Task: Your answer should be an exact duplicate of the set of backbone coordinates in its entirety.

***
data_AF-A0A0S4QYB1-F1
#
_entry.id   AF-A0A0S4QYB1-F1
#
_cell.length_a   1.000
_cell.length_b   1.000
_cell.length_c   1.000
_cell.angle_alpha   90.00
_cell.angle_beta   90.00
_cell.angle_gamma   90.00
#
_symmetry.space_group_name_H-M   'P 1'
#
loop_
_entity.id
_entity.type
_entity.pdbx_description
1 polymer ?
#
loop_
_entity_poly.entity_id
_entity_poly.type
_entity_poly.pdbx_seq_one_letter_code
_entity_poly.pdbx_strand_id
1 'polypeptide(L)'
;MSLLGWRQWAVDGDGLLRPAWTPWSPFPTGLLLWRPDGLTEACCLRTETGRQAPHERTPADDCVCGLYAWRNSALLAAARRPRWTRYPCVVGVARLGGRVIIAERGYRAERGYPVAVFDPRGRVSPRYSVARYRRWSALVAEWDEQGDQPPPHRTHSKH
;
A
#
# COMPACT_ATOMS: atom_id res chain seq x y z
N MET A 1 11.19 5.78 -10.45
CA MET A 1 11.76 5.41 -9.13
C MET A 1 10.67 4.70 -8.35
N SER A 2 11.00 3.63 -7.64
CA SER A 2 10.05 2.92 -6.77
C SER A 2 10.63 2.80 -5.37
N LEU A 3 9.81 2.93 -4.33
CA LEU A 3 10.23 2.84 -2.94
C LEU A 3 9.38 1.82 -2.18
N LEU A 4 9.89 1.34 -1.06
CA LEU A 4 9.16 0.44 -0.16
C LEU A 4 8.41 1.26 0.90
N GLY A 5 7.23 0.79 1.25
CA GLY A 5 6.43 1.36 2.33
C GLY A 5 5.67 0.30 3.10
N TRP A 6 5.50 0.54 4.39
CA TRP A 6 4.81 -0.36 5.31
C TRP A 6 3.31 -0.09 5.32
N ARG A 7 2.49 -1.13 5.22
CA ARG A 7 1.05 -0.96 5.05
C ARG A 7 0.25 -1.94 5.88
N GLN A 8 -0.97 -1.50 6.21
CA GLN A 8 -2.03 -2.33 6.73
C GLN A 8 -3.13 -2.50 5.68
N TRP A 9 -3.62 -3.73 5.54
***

data_AF-A0A0S4QYB1-F1
#
_entry.id   AF-A0A0S4QYB1-F1
#
_cell.length_a   1.000
_cell.length_b   1.000
_cell.length_c   1.000
_cell.angle_alpha   90.00
_cell.angle_beta   90.00
_cell.angle_gamma   90.00
#
_symmetry.space_group_name_H-M   'P 1'
#
loop_
_entity.id
_entity.type
_entity.pdbx_description
1 polymer ?
#
loop_
_entity_poly.entity_id
_entity_poly.type
_entity_poly.pdbx_seq_one_letter_code
_entity_poly.pdbx_strand_id
1 'polypeptide(L)'
;MSLLGWRQWAVDGDGLLRPAWTPWSPFPTGLLLWRPDGLTEACCLRTETGRQAPHERTPADDCVCGLYAWRNSALLAAARRPRWTRYPCVVGVARLGGRVIIAERGYRAERGYPVAVFDPRGRVSPRYSVARYRRWSALVAEWDEQGDQPPPHRTHSKH
;
A
#
# COMPACT_ATOMS: atom_id res chain seq x y z
N MET A 1 11.19 5.78 -10.45
CA MET A 1 11.76 5.41 -9.13
C MET A 1 10.67 4.70 -8.35
N SER A 2 11.00 3.63 -7.64
CA SER A 2 10.05 2.92 -6.77
C SER A 2 10.63 2.80 -5.37
N LEU A 3 9.81 2.93 -4.33
CA LEU A 3 10.23 2.84 -2.94
C LEU A 3 9.38 1.82 -2.18
N LEU A 4 9.89 1.34 -1.06
CA LEU A 4 9.16 0.44 -0.16
C LEU A 4 8.41 1.26 0.90
N GLY A 5 7.23 0.79 1.25
CA GLY A 5 6.43 1.36 2.33
C GLY A 5 5.67 0.30 3.10
N TRP A 6 5.50 0.54 4.39
CA TRP A 6 4.81 -0.36 5.31
C TRP A 6 3.31 -0.09 5.32
N ARG A 7 2.49 -1.13 5.22
CA ARG A 7 1.05 -0.96 5.05
C ARG A 7 0.25 -1.94 5.88
N GLN A 8 -0.97 -1.50 6.21
CA GLN A 8 -2.03 -2.33 6.73
C GLN A 8 -3.13 -2.50 5.68
N TRP A 9 -3.62 -3.73 5.54